In an open letter to the faculty, administrators, students, and alumni at Asbury Theological Seminary, a group of 70 current and former students attacked the seminary for its support of the United Methodist Church’s Traditional Plan at General Conference 2019.
Asbury is an independent evangelical seminary outside Lexington, Kentucky with 1800 current students that teaches Wesleyan beliefs. It graduates more United Methodist clergy than does any official United Methodist seminary and is one of America’s largest seminaries.
Among the letter signers, and possibly its organizer, is Bill Mefford, who left the United Methodist General Board of Church and Society after controversially mocking the March for Life, where he appeared in 2015 with a sign declaring: “I March for Sandwiches.”
Letter authors decry the restrictions and penalties enacted by the plan in support of traditional marriage as unjust discrimination. They also compare the mandatory penalties of the Traditional Plan to federal mandatory minimum sentencing laws. Such laws are criticized by detractors as racist due to disproportionate sentencing of racial minorities.
The liberal Asbury activist students and alumni point to the application of the federal laws to excessively incarcerate minorities and draw a parallel to the use of the Traditional Plan to force self-avowed, practicing LGBT clergy out of the UMC. This is a spurious claim because race and ethnicity have no inherent moral dimensions, while sexual behavior does. Christ said to go and make disciples of all nations and all peoples, but he did not ignore the sinful lifestyles in which many people lived (Matthew 28:19, John 4:17-18, John 8:11).
The authors of the letter inform readers that by either directly assisting the passage of the Traditional Plan or by sitting quietly on the sidelines they have sinned grievously. The authors then go on to, “…confess our culpability in not making space for LGBTQ+ people in our lives, churches, and ministries.”
According to the letter, not sufficiently affirming one’s sexual proclivities, and indeed disagreeing with these choices and proclivities, is sin. The specific argument that the authors make is, “…to persecute someone for who they are – for who God has created them to be – is a denial of the Imago Dei within each person.”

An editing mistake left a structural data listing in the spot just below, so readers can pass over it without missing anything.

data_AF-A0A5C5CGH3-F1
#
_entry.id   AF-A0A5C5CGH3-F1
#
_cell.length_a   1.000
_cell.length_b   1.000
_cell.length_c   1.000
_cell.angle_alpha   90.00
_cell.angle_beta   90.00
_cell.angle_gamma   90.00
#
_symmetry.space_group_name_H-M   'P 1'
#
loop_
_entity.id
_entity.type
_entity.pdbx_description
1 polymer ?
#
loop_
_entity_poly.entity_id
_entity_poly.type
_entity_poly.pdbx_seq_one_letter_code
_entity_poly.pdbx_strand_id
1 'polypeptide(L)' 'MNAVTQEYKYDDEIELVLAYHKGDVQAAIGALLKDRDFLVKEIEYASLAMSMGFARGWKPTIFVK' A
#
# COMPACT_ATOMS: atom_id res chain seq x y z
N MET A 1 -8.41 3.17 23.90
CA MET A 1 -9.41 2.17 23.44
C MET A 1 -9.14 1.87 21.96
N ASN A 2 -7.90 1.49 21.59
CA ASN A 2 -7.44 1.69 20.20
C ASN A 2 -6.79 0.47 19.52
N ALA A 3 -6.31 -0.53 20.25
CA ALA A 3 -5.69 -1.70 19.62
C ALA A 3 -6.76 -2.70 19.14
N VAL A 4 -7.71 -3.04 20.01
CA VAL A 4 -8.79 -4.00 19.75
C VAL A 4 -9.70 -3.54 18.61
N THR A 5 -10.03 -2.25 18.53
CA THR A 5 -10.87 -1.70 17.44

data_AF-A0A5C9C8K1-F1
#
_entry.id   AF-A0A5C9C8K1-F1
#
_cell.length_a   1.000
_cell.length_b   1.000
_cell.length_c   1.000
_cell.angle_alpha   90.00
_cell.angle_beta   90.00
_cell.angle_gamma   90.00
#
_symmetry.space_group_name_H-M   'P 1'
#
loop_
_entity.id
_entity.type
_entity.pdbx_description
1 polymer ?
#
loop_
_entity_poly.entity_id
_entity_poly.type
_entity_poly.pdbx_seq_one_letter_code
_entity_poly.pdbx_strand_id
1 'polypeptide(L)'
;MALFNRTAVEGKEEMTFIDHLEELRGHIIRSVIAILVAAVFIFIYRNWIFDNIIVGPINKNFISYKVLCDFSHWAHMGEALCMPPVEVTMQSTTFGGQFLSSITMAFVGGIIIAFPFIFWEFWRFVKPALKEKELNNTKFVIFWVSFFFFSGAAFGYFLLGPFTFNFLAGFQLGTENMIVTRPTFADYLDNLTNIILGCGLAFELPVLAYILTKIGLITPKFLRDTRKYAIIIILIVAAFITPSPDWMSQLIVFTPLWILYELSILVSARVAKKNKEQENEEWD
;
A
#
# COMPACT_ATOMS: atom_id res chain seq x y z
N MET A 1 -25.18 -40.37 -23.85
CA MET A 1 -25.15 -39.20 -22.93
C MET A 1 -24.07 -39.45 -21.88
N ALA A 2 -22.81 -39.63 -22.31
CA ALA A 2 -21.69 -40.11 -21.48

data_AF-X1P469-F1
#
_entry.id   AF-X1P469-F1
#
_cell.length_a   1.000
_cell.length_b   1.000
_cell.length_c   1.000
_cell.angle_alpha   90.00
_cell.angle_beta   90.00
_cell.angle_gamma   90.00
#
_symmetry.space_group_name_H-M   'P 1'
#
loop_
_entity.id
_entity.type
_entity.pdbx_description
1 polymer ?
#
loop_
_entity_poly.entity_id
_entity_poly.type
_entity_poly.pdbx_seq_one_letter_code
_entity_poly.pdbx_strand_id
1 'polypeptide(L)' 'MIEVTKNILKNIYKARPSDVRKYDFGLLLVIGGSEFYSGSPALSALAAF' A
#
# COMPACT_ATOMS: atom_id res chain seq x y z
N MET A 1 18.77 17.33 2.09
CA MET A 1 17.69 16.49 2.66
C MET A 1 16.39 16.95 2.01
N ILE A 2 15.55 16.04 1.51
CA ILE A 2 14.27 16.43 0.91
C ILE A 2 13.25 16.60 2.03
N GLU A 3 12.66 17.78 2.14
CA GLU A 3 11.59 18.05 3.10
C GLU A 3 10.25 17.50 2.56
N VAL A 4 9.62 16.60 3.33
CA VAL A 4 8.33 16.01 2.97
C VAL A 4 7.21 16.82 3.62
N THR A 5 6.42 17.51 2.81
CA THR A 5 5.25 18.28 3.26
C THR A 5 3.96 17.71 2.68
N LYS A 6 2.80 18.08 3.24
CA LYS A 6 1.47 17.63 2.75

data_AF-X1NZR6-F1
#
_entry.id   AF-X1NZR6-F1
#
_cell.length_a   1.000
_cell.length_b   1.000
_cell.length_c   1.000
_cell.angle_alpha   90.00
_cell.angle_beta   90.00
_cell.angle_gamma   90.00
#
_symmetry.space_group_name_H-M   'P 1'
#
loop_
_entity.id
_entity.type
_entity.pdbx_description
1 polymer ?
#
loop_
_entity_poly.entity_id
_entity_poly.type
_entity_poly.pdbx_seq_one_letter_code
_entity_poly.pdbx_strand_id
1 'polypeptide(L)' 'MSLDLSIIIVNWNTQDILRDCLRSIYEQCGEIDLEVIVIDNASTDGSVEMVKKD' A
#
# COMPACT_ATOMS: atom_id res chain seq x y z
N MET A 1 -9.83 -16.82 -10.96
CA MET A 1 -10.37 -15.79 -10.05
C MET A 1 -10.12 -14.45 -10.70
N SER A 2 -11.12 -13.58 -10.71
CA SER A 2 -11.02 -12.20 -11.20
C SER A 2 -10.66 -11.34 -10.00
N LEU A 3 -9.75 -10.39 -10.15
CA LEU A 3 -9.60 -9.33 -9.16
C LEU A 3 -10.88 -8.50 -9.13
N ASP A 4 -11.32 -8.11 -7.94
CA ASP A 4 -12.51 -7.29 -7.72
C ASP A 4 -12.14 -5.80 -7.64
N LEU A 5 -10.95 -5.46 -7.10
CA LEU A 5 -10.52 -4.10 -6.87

This is preposterous. Firstly, it can be agreed that all people have inclinations to sin, and that these inclinations vary from person-to-person. Telling someone that they should not engage in homosexual behavior is no more a denial of the Image of God within that person than telling someone that they should not abuse alcohol or any other habitual sin. Secondly, God created all human beings to be like Him through sanctification in Christ. We were not created to sin, and the implication that homosexuality is part of proper Christian living and the process of sanctification is equally wrong.
Finally, the letter encourages the Asbury community to “repent of this sin and to join us in standing in solidarity with our LGBTQ+ siblings in Christ.” Progressive activists emphasize the harm done to marginalized persons by the church while minimizing clear doctrinal teachings. This gives them a skewed view of what constitutes sin and what is permissible for Christians to support. The letter ends with a call to justice and love for those in the margins of society, even though in society homosexuality is celebrated in the public square.
United Methodist theologian Maxie Dunnam, a supporter of the Traditional Plan, wrote an open letter in response. Dunnam is a former president of Asbury Theological Seminary and is among groups to which the initial letter was addressed.
In his response, Dunnam emphasizes his lifetime of service to others. His first appointment after completing seminary was to Trinity Methodist Church in Mississippi in the early 1960s, and he was a participant in the civil rights movement. However, as Dunnam puts it, “Because of my involvement [in the Civil Rights Movement], and the larger church’s failure to be involved, or support those who were there, I was compelled to leave Mississippi.” Dunnam moved to San Clemente, California, to plant a congregation. At San Clemente, he continued his history of service ministering amongst immigrants in Tijuana, Mexico, 60 miles away. Dunnam’s letter emphasizes his history of compassion and service to the disadvantaged and marginalized.
Dunnam’s lifetime of service is informed by the same theology that informed his support of the Traditional Plan. This rebuts the argument that traditionalists are uncaring or unsympathetic. Rather, Dunnam makes the case that he is sympathetic and has a record to back it up. The same theology that drives him to help those in need also informs his support of the Traditionalist Plan.
Dunnam concludes in agreement with the Asbury activists that repentance is important and to be practiced regularly. But he also says, “I will continually seek to be faithful to Scripture and to the doctrine and discipline of our church.” It is more important adhere to and to be conformed to Scripture and God’s revealed word than it is to chase an ideal of inclusiveness or solidarity. This is what Dunnam understands, and this is what the Asbury activists reject.